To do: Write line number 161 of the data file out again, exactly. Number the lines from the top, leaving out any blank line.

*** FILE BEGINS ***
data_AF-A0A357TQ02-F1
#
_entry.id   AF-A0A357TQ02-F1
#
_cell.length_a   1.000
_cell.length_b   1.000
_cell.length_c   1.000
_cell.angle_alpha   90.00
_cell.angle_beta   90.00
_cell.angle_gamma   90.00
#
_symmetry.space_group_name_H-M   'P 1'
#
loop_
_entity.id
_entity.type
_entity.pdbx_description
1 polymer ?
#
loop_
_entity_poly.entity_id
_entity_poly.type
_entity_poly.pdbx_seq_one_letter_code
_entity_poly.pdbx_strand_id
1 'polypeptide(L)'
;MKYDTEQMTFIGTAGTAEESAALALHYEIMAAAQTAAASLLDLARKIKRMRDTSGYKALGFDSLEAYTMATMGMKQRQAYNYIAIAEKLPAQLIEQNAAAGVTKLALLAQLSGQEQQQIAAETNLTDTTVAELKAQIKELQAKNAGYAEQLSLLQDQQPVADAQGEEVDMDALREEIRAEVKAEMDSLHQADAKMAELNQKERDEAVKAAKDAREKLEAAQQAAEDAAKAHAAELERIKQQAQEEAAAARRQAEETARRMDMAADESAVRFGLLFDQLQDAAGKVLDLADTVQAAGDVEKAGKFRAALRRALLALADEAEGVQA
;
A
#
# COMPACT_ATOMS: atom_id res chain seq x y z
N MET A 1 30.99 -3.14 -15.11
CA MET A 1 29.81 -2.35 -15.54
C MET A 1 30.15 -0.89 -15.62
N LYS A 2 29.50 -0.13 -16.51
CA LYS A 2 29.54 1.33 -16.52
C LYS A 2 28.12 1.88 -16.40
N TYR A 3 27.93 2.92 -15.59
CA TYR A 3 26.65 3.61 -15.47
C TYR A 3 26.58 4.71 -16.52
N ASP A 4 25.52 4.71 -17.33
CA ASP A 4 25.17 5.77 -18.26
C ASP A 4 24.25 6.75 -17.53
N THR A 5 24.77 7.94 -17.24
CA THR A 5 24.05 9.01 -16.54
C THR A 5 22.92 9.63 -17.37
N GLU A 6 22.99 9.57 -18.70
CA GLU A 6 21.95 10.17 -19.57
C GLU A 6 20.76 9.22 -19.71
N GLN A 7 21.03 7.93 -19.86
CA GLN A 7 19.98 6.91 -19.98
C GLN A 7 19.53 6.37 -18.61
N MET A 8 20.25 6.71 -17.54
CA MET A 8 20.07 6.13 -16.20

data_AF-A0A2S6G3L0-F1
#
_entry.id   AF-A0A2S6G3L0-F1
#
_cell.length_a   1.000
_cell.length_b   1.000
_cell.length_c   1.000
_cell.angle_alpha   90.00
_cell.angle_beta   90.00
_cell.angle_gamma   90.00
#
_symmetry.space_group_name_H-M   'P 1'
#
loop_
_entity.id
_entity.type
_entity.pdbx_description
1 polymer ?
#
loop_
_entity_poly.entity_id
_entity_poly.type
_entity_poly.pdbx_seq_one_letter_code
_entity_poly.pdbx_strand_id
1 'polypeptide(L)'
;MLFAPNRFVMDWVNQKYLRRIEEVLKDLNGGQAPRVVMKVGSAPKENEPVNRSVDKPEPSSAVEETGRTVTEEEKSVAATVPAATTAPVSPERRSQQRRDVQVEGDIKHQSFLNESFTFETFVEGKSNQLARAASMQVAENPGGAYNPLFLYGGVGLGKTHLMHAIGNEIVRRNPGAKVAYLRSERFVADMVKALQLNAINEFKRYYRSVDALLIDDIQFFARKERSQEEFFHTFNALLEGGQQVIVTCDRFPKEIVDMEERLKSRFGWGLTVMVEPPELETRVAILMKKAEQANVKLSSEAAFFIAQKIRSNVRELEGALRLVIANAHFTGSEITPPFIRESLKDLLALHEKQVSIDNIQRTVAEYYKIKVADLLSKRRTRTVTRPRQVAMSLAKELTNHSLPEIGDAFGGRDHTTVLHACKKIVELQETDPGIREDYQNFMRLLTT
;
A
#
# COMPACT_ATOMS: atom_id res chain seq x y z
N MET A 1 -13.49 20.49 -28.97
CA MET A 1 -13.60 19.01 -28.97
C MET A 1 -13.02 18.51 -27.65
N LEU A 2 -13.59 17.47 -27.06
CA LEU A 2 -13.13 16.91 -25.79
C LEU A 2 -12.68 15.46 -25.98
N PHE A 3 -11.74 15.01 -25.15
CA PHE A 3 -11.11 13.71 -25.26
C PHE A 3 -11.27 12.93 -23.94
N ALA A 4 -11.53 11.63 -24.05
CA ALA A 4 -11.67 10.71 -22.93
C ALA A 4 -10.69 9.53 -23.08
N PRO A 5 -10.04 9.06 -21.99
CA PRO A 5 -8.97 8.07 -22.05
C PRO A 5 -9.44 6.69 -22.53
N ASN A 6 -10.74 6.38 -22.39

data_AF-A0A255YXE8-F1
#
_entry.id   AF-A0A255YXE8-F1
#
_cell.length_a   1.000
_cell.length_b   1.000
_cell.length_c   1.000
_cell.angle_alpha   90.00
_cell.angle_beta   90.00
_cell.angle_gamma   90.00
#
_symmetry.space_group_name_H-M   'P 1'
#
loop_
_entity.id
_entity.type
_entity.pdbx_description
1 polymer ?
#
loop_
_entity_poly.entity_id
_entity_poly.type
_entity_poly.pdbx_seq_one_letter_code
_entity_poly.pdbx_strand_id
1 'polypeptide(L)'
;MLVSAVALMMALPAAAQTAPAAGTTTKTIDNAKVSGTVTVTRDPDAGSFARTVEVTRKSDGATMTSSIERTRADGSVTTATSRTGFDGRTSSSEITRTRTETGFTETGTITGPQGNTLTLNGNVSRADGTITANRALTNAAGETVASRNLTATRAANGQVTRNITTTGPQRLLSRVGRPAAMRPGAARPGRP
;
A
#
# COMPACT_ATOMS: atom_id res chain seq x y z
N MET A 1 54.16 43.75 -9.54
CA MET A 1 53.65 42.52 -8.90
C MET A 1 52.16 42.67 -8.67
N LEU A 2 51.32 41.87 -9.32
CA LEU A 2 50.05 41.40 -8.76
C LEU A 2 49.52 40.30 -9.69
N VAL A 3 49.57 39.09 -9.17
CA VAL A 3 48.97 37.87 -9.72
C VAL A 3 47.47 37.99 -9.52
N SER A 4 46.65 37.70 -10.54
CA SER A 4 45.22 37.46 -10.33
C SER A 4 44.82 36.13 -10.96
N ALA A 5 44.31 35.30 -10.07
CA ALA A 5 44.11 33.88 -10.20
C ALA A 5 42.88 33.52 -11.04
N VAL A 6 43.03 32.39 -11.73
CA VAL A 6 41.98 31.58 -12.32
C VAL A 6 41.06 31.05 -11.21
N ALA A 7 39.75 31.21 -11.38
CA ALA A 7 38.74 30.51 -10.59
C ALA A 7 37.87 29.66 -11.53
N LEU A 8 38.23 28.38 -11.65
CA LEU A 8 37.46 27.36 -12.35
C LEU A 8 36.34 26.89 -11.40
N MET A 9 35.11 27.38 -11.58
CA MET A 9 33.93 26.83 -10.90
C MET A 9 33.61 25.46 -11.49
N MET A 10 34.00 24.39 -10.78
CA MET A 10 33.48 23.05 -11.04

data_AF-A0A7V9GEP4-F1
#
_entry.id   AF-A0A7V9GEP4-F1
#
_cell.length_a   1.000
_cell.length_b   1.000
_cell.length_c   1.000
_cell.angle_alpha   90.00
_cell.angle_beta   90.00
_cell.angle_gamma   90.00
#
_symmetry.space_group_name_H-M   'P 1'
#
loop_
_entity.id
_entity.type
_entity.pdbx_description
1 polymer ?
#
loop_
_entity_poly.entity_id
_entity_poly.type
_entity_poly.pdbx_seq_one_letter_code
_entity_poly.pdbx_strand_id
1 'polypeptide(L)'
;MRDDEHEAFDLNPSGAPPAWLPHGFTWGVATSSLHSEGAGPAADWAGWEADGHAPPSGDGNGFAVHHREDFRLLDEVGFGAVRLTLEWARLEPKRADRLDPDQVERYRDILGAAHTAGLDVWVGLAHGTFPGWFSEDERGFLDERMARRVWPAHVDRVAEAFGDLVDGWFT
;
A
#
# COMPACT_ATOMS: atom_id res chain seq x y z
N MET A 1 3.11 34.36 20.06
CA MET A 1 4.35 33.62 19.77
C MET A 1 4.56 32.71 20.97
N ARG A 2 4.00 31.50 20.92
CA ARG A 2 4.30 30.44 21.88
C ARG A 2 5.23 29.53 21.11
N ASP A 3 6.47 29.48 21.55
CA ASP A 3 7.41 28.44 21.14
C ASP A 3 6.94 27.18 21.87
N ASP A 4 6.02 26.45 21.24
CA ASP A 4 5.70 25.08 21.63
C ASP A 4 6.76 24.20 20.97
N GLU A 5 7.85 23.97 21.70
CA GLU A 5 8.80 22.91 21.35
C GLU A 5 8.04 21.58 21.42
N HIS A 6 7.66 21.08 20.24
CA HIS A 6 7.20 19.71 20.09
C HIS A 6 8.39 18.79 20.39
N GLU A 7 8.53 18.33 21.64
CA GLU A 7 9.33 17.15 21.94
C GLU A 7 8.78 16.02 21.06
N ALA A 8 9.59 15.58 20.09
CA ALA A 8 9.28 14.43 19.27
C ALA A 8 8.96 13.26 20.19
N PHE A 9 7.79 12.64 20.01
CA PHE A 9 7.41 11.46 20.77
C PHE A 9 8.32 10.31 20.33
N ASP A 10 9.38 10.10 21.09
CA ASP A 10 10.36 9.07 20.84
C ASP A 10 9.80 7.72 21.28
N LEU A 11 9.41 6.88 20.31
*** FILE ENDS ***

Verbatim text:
_entry.id   AF-A0A7V9GEP4-F1